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Adelaide Fringe 2011

My Filthy Hunt

Horizon Arts

Genre: Drama


 The Studio, Holden Street Theatres


Low Down

 Horizon Arts (UK) brings you a minimal set and four angry, foul-mouthed characters in matching suits who dare you to find something relevant, and even vulnerable, about them.


 Four figures glare menacingly at the audience before erupting in a cacophony of voices submerged by a pummelling musical track. The single prop is a clothes frame in which the black-suited actors occasionally assemble as if caught in a photograph or on which they drape themselves. The focus is on bodies, voice and movement – and, yes, buttocks, since the four quickly strip to matching undies.

This sets the confronting style for delivery of all but the final moments, replete with slags, sluts, bullies, misogyny, sexual capers, braggadocio, verbal and physical cruelty…and lots of swearing. In this respect it may seek to shock, but in the end does not. If anything it relies too much on such easy techniques rather than finer delineation of character. The actors struggle admirably with the freight of a script that favours frontal assault, and heavy-handed symbolism.

Intermittent choreography comprises a series of jerky movements, whose nervous agitation seems out of kilter with the main thrust of the plot, crudely interrupting its trajectory. Twyla Tharp, it ain’t.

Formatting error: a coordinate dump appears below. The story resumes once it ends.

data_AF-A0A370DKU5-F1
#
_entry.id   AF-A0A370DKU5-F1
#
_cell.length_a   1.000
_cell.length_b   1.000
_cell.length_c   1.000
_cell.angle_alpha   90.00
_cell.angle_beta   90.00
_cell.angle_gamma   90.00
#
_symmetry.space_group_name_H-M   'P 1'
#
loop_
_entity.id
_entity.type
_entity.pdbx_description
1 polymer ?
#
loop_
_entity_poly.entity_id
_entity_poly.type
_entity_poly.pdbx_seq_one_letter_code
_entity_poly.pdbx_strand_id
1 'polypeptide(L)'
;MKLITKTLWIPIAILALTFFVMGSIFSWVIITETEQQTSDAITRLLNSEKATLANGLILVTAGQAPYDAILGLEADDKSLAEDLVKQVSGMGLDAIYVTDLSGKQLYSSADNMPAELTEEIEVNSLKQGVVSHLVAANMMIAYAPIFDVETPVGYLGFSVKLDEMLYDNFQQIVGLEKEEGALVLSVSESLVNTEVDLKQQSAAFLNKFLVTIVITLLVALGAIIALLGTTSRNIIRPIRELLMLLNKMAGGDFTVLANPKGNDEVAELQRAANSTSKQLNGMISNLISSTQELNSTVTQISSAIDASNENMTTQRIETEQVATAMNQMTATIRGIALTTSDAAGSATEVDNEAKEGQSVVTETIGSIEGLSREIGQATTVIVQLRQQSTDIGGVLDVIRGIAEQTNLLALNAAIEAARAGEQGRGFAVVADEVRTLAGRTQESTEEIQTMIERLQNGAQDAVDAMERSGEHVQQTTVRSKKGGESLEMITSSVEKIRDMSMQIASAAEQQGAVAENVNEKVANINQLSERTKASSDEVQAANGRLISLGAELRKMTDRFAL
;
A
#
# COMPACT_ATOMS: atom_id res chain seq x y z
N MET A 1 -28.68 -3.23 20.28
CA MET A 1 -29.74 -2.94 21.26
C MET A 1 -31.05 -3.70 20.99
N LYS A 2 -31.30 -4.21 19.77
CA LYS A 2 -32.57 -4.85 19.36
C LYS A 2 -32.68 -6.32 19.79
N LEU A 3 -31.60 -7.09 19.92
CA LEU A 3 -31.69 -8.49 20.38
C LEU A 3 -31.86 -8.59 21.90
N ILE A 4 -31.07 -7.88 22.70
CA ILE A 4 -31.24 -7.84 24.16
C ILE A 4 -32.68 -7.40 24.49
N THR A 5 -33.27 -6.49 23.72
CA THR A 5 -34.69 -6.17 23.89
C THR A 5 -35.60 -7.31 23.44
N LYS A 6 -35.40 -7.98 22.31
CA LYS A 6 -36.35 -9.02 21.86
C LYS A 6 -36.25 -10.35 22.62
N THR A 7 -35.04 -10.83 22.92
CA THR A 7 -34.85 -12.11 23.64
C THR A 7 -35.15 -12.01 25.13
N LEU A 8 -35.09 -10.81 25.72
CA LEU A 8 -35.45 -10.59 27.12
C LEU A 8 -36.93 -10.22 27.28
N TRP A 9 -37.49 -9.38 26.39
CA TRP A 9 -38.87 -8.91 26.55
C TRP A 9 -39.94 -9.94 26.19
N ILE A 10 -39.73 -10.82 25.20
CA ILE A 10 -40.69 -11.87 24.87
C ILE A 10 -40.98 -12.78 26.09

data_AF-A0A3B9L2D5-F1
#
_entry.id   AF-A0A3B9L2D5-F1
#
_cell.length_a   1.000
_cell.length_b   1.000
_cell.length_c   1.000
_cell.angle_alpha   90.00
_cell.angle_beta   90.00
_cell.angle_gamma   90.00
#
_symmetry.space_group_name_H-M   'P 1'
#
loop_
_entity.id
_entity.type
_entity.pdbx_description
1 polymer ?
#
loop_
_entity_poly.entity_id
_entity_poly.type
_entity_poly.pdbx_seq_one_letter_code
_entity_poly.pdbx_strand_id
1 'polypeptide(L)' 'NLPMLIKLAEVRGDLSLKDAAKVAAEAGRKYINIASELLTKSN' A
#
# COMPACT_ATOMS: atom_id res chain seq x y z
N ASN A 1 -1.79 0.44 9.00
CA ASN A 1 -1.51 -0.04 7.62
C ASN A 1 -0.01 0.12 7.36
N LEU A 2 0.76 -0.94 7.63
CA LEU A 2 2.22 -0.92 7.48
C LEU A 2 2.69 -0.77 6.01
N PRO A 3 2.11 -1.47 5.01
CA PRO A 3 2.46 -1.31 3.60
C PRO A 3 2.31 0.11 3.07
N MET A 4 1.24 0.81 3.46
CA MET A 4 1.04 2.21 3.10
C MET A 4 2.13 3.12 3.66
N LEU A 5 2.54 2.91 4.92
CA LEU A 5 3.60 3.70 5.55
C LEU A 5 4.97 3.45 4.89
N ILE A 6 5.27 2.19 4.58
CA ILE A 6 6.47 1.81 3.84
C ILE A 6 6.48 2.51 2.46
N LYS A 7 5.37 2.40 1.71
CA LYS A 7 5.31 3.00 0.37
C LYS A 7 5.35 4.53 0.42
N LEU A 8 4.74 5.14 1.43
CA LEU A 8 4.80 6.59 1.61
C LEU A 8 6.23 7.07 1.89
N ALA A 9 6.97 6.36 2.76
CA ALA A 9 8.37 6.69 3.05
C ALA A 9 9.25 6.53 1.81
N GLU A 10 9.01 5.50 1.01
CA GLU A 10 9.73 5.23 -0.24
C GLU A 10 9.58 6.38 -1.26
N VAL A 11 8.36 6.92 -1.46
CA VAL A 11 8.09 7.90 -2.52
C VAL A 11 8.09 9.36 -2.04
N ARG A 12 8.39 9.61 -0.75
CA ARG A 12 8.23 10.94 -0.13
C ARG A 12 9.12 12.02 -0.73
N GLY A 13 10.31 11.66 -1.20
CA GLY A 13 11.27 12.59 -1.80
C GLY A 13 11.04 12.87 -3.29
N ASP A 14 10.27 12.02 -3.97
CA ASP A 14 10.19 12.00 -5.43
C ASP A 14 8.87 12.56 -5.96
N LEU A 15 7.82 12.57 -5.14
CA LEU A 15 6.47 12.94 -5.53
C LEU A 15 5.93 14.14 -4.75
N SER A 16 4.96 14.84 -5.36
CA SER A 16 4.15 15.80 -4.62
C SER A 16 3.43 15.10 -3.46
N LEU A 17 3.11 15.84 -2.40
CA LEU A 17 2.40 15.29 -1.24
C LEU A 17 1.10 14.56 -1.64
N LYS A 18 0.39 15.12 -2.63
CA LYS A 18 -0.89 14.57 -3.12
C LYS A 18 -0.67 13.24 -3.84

The play speaks plainly of damaged lives that lack both self-respect and the intimacy of true friendship, and also of the radical changes wrought as they receive a little understanding. When the source of that healing power disappears, what are they left with? Overwhelming grief and the threat of relapse into their former lives. The lingering question is then whether they will be able to walk from that psychological wreckage as salvageable people.

 Any performance that conspicuously hangs its hat on the meaning of life had better be very good, or wonderfully (and perhaps deliberately) bad. My Filthy Hunt is neither of these things. Nonetheless, one must admire the actors’ focus in maintaining their misfit roles, as well as the added task of occasional detours into other characterisations. Apart from some overacting, Craig McArdle, Hayley Shillito, Laura Taylor and Craig Webber formed a cohesive whole in a play that aims higher than it can presently fly.

In the last moments, as they restore their suits, it is clear that the visual uniformity is unnecessary, even counterproductive; it tends to merge the characters and deny them the individuality that would be their own goal. The final voice-over, rehearsing a critical moment in the life of each one, is redundant and underestimates the audience’s understanding of what they have just seen.

Don’t believe the hyperbolic advertising; My Filthy Hunt is not hilarious or cutting edge. The potential of the play is evident but it is presently a blunt instrument when nuance would be more effective. The play’s shock value is close to zero, but its subject matter is topical and very engaging. It deserves reworking on that account to bring out the humanity of its characters, and to show them as recognisable ones who live and move among us, and who may at times be something like us.